What struck Tim Kraemer was how, even as the puppy lay in a kennel, nose splayed open and partly dangling off after someone had hacked it with a machete, the dog still accepted belly rubs with a wagging tail.
Hours later, the eight-month-old puppy, one of three dogs recently attacked in a remote Manitoba community, was on the road to recovery in Winnipeg. Kraemer and Grant Park Animal Hospital colleague Jonas Watson had reconstructed its muzzle in a nearly two-hour surgery Tuesday.
Now, the veterinarians hope Zed's story will shine a light on the need for action in rural and remote parts of Manitoba to address the broad conditions that leave animals vulnerable and the lack of sufficient access to veterinary care.
"There needs to be greater attention paid to companion animal welfare in remote parts of the province, otherwise devastating stories like these will continue to happen," Watson says in the surgery room of the Taylor Avenue clinic Wednesday afternoon.
"It’s great when we can help them and make a difference, but it is frustrating when very little in terms of policy making is happening to make a difference for these animals."
Zed's journey began last week, when a family brought the puppy to a nursing station in their community, desperate for help. Their friendly young dog had been attacked by someone wielding a machete; the blade had bit through the upper part of the muzzle, slashing it open down to the roof of the mouth.
With nurses unable to help a canine, the family turned to Katie Powell of Save a Dog Network Canada, a Winnipeg-based non-profit which helps link remote communities with veterinary services. In a Facebook post Monday, Powell called the injury "the most horrific case of intentional animal abuse we have ever seen."
Powell sent photos of Zed's wounds to Watson, who believed he and his colleagues could help. The male puppy was transported to Winnipeg, where he was triaged at an emergency veterinarian overnight before being taken to the animal hospital for evaluation and surgery.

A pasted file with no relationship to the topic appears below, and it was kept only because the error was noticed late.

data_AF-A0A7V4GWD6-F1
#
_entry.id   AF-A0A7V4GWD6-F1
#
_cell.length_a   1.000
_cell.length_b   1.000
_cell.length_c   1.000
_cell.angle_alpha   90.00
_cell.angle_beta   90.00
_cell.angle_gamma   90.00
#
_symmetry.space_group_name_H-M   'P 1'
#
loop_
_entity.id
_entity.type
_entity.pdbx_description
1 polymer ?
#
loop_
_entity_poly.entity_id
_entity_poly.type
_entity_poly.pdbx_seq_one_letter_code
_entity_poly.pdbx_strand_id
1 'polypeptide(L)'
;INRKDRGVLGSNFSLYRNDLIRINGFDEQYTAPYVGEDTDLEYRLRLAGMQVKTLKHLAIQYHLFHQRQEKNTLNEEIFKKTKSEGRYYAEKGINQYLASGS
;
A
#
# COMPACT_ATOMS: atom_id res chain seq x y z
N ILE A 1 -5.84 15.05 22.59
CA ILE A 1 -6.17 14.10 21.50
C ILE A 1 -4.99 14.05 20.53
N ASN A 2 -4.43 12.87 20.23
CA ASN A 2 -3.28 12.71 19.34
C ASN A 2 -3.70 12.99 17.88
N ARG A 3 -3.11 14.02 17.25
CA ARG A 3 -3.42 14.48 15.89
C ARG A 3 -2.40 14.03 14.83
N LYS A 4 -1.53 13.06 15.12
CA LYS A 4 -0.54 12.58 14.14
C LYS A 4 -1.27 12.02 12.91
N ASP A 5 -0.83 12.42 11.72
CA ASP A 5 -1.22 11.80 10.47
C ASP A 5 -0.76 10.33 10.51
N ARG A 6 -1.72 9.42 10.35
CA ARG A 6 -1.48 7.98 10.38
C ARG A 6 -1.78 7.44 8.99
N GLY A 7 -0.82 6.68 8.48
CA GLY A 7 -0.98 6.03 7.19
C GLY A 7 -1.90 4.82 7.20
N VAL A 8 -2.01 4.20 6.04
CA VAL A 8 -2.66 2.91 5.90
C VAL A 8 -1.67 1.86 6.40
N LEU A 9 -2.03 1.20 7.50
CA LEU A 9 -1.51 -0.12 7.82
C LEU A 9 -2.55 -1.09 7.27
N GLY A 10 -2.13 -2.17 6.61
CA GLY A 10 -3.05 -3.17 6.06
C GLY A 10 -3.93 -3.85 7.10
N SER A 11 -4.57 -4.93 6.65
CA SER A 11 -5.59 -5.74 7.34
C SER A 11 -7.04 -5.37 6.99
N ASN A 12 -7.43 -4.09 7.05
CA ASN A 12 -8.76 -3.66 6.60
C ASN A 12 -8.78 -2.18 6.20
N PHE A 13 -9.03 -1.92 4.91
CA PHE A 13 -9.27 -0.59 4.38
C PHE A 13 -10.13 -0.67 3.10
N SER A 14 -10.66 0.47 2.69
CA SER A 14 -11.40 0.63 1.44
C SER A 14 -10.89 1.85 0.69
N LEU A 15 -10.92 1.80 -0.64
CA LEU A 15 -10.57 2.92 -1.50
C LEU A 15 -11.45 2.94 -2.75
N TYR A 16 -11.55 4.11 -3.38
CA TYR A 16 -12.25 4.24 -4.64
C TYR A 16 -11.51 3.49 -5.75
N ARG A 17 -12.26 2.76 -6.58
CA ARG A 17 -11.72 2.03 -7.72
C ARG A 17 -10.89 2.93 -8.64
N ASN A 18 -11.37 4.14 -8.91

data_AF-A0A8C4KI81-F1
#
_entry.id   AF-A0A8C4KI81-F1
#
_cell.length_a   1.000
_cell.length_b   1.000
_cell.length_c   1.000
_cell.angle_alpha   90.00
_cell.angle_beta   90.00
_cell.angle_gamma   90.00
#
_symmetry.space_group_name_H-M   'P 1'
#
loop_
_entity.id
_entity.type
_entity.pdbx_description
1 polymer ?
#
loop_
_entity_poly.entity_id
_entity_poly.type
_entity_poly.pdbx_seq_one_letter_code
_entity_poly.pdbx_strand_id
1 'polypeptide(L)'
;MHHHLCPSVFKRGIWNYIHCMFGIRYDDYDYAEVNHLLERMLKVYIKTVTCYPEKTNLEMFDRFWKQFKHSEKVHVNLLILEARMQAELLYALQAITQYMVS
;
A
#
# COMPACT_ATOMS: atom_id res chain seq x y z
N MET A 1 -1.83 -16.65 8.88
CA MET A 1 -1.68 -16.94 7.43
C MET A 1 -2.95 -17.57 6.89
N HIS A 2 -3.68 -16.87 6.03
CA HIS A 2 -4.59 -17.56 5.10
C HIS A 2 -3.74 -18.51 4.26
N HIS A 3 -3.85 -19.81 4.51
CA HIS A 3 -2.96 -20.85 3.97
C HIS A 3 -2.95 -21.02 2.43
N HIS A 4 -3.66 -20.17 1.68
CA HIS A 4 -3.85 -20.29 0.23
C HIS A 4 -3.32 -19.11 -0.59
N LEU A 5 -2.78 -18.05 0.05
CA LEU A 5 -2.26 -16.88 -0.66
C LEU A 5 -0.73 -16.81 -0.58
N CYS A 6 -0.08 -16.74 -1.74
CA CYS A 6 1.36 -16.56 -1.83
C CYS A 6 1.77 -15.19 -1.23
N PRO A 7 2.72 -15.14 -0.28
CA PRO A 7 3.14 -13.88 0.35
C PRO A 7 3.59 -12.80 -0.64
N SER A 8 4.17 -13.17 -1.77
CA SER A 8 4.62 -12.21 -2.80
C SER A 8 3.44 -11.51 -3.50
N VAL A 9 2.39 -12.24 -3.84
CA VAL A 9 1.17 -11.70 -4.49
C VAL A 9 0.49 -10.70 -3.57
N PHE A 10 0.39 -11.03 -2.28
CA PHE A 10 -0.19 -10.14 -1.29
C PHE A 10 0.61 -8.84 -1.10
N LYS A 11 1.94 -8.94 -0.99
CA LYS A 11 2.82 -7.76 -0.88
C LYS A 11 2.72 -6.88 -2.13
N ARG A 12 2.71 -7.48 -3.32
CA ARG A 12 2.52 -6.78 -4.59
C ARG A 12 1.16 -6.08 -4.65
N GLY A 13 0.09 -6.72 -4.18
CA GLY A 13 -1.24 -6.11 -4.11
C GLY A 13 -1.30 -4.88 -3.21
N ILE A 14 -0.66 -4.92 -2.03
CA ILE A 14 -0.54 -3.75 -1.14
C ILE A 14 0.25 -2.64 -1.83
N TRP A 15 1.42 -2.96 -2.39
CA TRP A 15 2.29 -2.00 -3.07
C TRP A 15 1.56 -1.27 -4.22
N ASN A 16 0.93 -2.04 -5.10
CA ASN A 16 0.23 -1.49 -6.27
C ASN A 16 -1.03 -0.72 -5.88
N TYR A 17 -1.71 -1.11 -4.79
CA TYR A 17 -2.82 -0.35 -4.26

By then, the wound was about 10 days old, clogged with rotting bone and dead tissue. Watson says he had never seen an injury quite like it in his career.
At first, it wasn't clear how well they would be able to put the pieces of the sinuses back together. "As soon as I got a chance to look at it, and I saw that it still had a nose intact but just flopped off to the side, I realized that I thought that (Watson) and I could fix that dog," Kraemer says. "I really did."
"It’s great when we can help them and make a difference, but it is frustrating when very little in terms of policy making is happening to make a difference for these animals.” — Jonas Watson
The surgery was a success. Other than swelling and a narrow suture line that winds through the brown fur, it wasn't obvious there had been a major wound at all.
"It was kind of uncanny how well some of the pieces fit back together with just a little bit of suturing," Watson says.
The attack has been reported to RCMP in the community, which the Free Press agreed not to identify. A second dog that suffered a deep laceration to its side has also been transported to the city, where it will be transferred Thursday to the Winnipeg Humane Society.
What Zed's case highlights, Watson says, is how the ongoing lack of access to companion animal welfare, as well as lack of supports for human wellness (such as mental health care), can help exacerbate situations in which animals are at risk.
"Isolated Manitoba communities need easy access to veterinary care so that an injury like this doesn’t have to wait 10 days before it’s seen," Watson says. "They also need easy access to spays, neuters and vaccinations, so that dogs aren’t roaming around interacting with people that aren’t their owners and getting into trouble.
"There are governments and decision makers in high places that could act more affirmatively on this problem, had they the will to do so," he says. "I believe greater efforts need to be made here, otherwise it's going to continue year after year. It's getting frustrating, and heartbreaking."
Powell, who helped arrange Zed's transportation and care, concurs.
"This dog was very loved. His family is devastated. This is about lack of veterinary care in northern Manitoba... and why we are fighting so hard for these dogs." — Katie Powell of Save a Dog Network Canada
"This dog was very loved. His family is devastated," she says. "This is about lack of veterinary care in northern Manitoba... and why we are fighting so hard for these dogs."
For this pup, at least, a happy ending. By Wednesday morning, Zed had recovered so well from surgery he was joyfully rolling in the fresh snow outside the clinic and eagerly taking treats from visitors' hands.
After he is healed, he will be transferred for adoption at Precious Paws rescue in Toronto, which helped fundraise for his care.
For the veterinarians, to see the puppy springing back so brightly from such a serious injury makes it all worth it.
"It melted my insides," Kraemer says. "Finding out he was outside and playing in the snow today just brought some joy to my heart."
Melissa Martin reports and opines for the Winnipeg Free Press.